The final results for the Manipur Assembly Election are out and the bitter battle between the contesting parties over issues plaguing the state is over. Congress has come out on top with 28 seats in the 60-seat Manipur Assembly. It requires 3 more seats to gain a majority and form government in the state.
The Bharatiya Janta Party is not far behind, and it has secured 21 seats in the 60-seat Assembly. The party needs 10 more seats to gain majority. This can be achieved by getting the other parties, which have secured 11 seats collectively, like Naga Peoples Front (NPF), National People's Party (NPP), Lok Jan Shakti Part, etc.
The Manipur state Assembly went to polls on 4 and 8 March with a re-poll done in 34 stations in eight districts on 9 March. Manipur has a 19,02,562-strong electorate comprising of 9,28,573 male and 9,73,989 female voters. There were around 45,642 new voters this time.
All eyes were on Thoubal constituency, the home of chief minister Okram Ibobi Singh, who was competing with People's Resurgence and Justice Alliance's Irom Sharmila and BJP nominee Th Jadumani. Singh won Thoubal in 2012 and 2007.
What the exit polls predicted: The CVoter exit poll had predicted historic gains for the BJP in Manipur, giving them between 25 and 31 seats, while estimating that the Congress would nab between 17 and 23 seats and the Today's Chanakya exit poll gave the Congress 15 seats.
However the India Today - Axis My India poll estimated that the Congress would win 30 to 36 seats in Manipur and the BJP would win between 16 and 22 seats.
How the parties fared last election : In 2012, the Indian National Congress, under the stewardship of chief minister Okram Ibobi Singh had won 42 seats, followed by All India Trinamool Congress 7, Manipur State Congress Party (MSCP) 5, and Naga Peoples Front 4. This is a sea change for the BJP, as in 2012, they had absolutely no footprint in the state. What a difference five years makes.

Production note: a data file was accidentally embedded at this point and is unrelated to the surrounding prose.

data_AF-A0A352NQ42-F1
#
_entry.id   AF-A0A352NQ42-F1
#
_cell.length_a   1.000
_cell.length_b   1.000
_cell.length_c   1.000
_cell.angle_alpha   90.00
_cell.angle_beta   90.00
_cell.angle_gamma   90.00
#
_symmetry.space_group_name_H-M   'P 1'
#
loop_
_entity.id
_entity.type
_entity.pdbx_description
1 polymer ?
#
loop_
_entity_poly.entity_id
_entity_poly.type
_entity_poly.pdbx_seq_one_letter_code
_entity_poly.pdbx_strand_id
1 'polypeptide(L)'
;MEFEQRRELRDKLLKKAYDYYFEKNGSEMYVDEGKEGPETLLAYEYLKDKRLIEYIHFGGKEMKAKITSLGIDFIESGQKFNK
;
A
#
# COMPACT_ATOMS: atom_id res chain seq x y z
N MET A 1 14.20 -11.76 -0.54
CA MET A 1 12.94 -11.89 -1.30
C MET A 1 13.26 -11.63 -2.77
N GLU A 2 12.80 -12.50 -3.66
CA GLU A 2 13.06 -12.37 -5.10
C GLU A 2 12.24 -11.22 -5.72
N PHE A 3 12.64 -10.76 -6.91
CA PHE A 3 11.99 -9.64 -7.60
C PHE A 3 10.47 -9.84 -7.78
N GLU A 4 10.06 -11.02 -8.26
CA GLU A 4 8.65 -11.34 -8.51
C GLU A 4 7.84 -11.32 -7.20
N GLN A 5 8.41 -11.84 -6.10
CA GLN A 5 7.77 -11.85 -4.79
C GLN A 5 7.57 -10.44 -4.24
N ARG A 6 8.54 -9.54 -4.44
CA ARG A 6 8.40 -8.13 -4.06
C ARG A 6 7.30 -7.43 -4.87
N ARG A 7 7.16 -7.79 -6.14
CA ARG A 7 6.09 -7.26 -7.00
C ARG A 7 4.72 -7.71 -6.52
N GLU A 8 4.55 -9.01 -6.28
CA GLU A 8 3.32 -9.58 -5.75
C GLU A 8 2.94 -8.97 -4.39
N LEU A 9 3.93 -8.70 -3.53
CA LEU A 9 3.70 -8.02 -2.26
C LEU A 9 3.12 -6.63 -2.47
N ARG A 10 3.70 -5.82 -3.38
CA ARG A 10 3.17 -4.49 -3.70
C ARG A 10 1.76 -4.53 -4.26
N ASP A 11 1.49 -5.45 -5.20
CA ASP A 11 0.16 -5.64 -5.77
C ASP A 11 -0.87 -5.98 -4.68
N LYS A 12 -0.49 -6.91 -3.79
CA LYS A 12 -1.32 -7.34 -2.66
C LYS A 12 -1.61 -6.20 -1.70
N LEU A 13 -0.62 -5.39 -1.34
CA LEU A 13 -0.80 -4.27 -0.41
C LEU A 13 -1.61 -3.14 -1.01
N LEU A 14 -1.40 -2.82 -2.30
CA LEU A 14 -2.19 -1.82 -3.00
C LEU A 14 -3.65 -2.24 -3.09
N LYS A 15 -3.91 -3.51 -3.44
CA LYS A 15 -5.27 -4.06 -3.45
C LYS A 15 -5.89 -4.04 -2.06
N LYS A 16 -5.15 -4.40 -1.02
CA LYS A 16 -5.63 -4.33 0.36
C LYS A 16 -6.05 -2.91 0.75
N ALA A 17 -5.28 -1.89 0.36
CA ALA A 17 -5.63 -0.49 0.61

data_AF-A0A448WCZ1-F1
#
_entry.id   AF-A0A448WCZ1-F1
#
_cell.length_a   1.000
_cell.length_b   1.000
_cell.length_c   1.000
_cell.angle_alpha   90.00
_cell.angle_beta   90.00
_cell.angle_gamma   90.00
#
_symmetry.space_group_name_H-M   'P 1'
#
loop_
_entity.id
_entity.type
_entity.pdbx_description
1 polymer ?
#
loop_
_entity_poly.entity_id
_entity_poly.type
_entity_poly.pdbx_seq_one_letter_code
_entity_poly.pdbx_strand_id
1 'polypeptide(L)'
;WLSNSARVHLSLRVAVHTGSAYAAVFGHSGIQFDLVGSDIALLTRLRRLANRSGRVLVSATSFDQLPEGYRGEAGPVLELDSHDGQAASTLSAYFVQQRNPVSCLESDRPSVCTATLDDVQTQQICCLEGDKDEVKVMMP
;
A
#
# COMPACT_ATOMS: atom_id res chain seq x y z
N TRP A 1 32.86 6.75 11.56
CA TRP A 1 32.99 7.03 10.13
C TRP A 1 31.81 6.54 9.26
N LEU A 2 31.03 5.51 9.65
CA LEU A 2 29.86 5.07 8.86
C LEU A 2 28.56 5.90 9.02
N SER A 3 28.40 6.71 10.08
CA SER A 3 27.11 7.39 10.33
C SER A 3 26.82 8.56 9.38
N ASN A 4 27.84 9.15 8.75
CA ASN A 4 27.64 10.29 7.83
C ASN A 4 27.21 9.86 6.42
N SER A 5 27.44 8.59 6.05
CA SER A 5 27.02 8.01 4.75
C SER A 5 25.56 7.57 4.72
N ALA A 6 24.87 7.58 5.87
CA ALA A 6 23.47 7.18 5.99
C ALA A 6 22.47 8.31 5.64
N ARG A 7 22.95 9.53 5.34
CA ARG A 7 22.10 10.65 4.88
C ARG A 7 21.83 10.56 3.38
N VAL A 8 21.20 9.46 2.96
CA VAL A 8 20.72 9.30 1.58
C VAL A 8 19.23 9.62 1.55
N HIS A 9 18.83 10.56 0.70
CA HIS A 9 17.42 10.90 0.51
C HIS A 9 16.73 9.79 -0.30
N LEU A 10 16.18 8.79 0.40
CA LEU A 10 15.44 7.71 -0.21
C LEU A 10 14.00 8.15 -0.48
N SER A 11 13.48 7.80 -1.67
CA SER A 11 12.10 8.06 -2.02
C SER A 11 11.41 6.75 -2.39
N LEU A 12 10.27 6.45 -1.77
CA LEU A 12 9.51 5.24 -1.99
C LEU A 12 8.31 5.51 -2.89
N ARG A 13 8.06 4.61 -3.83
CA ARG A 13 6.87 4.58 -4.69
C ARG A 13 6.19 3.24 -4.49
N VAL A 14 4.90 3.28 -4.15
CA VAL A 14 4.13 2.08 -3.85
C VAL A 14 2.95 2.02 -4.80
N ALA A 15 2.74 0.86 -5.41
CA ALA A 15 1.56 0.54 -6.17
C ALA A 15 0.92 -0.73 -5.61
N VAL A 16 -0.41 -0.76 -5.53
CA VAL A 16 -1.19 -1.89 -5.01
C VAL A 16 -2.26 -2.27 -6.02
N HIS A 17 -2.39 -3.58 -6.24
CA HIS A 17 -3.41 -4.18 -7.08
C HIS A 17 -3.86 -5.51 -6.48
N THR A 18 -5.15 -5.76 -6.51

Major parties who contested
Congress: Manipur had been a Congress stronghold for over a decade, thanks to the leadership of Chief Minister Okram Ibobi Singh, a savvy political operator. The previous Assembly election, held in 2012, resulted in a landslide victory for the Congress, giving them 42 seats and allowing Okram Ibobi Singh to be re-elected as chief minister for an unprecedented third consecutive term.
|Okram Ibobi Singh||Thoubal||won|
|I. Hemochandra Singh||Singjamei||lost|
|Th Debendra Singh||Jiribam||lost|
|Kangujam Ranjit Singh||Sugnu||won|
|Kh. Ratankumar Singh||Mayang Imphal||lost|
|Ak. Mirabai Devi||Patsoi||won|
Bharatiya Janata Party: The BJP, buoyed undoubtedly by its success in last year's Assam elections, had been upbeat about its chances in Manipur. It had not officially declared a face for the state. The BJP fielded former ministers N Biren Singh, Yumkham Erabot Singh and Francis Ngajokpa, and MLAs Dr Kh Loken, Z Kikhonbou Newmai and Nemcha Kipgen in the Assembly elections.
|N. Biren Singh||Heingang||won|
|Yumkham Erabot Singh||Wangkhei||lost|
|Thounaojam Ranabir Singh||Jiribam||lost|
|Konthoujam Krishna Kumar||Bishnupur||lost|
|Leitanthem Basantha Singh||Thoubal||lost|
People's Resurgence and Justice Alliance (PRJA): All eyes were on Irom Sharmila's PRJA, who, in their mission statement, aspired to build a "self-reliant economy for Manipur". The party, in its initial weeks, tried to cast itself in the mould of the Aam Aadmi Party. Just like Arvind Kejriwal had done with AAP five years ago, the PRJA also took up the cause of corruption.
|Irom Sharmila Chanu||Thoubal||Lost|
All India Trinamool Congress: The AITC contested in 24 seats. In the 2012 Assembly polls, the AITC had bagged seven seats, but later all of its MLAs switched sides joining either the Congress or the BJP.
Naga People's Front: The Naga People’s Front is a regional party which is in power in Nagaland with support from the BJP and is seen as a political force competing with Meitei and Kuki identity politics.
With inputs from agencies
Updated Date: Mar 11, 2017 21:16 PM